One of the most important decisions a business owner needs to make is what type of business entity they are going to use. A sole proprietorship can be started virtually instantly and gives maximum flexibility to a small business, but it also means the owner’s personal assets are at risk to cover business losses and liabilities. A corporation generally provides more protection but requires far more legal steps to be taken.
Often, there is a gray area when choosing which form of business makes the most sense. A business owner who personally performs most services or is in a special regulated profession may not be fully shielded from personal lawsuits even if they form a corporation. For some activities, insurance may be available that lessens the risk of forming a sole proprietorship. For these reasons, it’s a good idea to talk to an experience corporate law attorney about what kind of business you will be creating and what your plans are for future growth before you make any decisions.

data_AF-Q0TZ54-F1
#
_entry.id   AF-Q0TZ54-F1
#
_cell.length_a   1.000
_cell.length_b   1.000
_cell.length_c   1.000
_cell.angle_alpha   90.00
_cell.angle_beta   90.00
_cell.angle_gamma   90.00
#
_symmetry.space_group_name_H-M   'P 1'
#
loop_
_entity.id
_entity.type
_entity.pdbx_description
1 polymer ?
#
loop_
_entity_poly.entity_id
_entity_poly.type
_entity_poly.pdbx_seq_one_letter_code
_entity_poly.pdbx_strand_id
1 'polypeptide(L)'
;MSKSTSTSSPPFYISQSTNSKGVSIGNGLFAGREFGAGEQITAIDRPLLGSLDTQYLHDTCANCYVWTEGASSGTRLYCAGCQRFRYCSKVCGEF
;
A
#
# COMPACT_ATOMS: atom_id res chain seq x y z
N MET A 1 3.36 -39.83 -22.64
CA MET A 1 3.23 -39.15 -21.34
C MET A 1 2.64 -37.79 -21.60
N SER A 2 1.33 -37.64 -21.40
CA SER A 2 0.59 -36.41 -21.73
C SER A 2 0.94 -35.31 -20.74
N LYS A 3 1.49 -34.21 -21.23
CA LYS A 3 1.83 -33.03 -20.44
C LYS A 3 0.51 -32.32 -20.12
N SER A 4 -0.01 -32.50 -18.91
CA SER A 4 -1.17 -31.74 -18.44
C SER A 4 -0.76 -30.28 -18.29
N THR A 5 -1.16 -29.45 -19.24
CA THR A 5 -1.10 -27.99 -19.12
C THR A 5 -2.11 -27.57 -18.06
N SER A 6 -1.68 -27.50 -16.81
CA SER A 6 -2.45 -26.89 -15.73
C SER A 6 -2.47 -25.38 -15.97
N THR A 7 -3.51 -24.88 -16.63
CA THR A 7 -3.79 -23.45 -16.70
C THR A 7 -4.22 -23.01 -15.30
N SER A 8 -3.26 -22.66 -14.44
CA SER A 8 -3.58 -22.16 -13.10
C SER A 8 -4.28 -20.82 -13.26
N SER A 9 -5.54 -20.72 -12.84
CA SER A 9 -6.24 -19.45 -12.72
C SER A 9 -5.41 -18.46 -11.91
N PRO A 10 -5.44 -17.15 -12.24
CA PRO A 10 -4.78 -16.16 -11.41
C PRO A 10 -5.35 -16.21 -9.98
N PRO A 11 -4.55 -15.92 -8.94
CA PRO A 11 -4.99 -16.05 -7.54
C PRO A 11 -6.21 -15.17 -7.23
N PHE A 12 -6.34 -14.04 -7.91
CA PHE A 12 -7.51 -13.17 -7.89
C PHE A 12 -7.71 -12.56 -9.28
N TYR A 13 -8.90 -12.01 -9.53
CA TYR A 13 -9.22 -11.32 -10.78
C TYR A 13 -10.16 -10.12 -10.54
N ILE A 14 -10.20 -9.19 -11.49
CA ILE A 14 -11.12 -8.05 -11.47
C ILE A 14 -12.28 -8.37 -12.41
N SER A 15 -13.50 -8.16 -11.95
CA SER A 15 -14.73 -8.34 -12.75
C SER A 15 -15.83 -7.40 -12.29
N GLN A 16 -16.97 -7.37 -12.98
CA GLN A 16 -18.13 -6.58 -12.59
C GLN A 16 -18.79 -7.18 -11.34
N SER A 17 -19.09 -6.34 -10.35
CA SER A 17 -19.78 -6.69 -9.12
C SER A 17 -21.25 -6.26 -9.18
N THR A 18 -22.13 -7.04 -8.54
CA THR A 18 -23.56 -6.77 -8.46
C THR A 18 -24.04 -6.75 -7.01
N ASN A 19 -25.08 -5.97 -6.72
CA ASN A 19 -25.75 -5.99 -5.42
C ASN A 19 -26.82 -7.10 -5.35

Maintaining a Corporation
Filing the articles of incorporation is only the beginning for a corporation. Each year, annual reports must be filed, a board of directors must be selected, and shareholder minute meetings must be kept even if the corporation consists of a single shareholder who holds all of the board positions. If these corporate formalities aren’t followed to the letter of the law, a court may later determine the business wasn’t actually acting as a corporation and hold the owner(s) personally responsible for any debts or liabilities. Meeting with an attorney each year can help ensure that all of the paperwork is in order and good records are kept.
To talk to an experienced corporate law attorney in the Tampa-St. Petersburg Area, call the Law Office of John K. Carter today.